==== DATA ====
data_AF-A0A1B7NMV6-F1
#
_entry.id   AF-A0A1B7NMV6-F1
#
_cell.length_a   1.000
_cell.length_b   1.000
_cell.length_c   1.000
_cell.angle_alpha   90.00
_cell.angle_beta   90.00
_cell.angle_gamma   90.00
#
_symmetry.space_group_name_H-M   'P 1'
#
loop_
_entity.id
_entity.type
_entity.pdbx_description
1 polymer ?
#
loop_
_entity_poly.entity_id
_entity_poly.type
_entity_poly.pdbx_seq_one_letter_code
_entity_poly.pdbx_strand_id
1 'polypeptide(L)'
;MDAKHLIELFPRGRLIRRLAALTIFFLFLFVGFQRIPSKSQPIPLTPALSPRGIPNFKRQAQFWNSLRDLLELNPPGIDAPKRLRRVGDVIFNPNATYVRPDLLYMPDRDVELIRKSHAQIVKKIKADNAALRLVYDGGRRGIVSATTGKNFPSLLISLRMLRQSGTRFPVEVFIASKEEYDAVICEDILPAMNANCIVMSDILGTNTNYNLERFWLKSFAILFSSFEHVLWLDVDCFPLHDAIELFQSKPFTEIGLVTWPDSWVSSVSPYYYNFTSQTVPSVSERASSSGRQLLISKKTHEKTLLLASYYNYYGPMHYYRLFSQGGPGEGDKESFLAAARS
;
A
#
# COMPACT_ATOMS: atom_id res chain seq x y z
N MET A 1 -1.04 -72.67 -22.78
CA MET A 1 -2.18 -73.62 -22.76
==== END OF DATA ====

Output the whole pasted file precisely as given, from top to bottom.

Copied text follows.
data_AF-A0A1B7NMV6-F1
#
_entry.id   AF-A0A1B7NMV6-F1
#
_cell.length_a   1.000
_cell.length_b   1.000
_cell.length_c   1.000
_cell.angle_alpha   90.00
_cell.angle_beta   90.00
_cell.angle_gamma   90.00
#
_symmetry.space_group_name_H-M   'P 1'
#
loop_
_entity.id
_entity.type
_entity.pdbx_description
1 polymer ?
#
loop_
_entity_poly.entity_id
_entity_poly.type
_entity_poly.pdbx_seq_one_letter_code
_entity_poly.pdbx_strand_id
1 'polypeptide(L)'
;MDAKHLIELFPRGRLIRRLAALTIFFLFLFVGFQRIPSKSQPIPLTPALSPRGIPNFKRQAQFWNSLRDLLELNPPGIDAPKRLRRVGDVIFNPNATYVRPDLLYMPDRDVELIRKSHAQIVKKIKADNAALRLVYDGGRRGIVSATTGKNFPSLLISLRMLRQSGTRFPVEVFIASKEEYDAVICEDILPAMNANCIVMSDILGTNTNYNLERFWLKSFAILFSSFEHVLWLDVDCFPLHDAIELFQSKPFTEIGLVTWPDSWVSSVSPYYYNFTSQTVPSVSERASSSGRQLLISKKTHEKTLLLASYYNYYGPMHYYRLFSQGGPGEGDKESFLAAARS
;
A
#
# COMPACT_ATOMS: atom_id res chain seq x y z
N MET A 1 -1.04 -72.67 -22.78
CA MET A 1 -2.18 -73.62 -22.76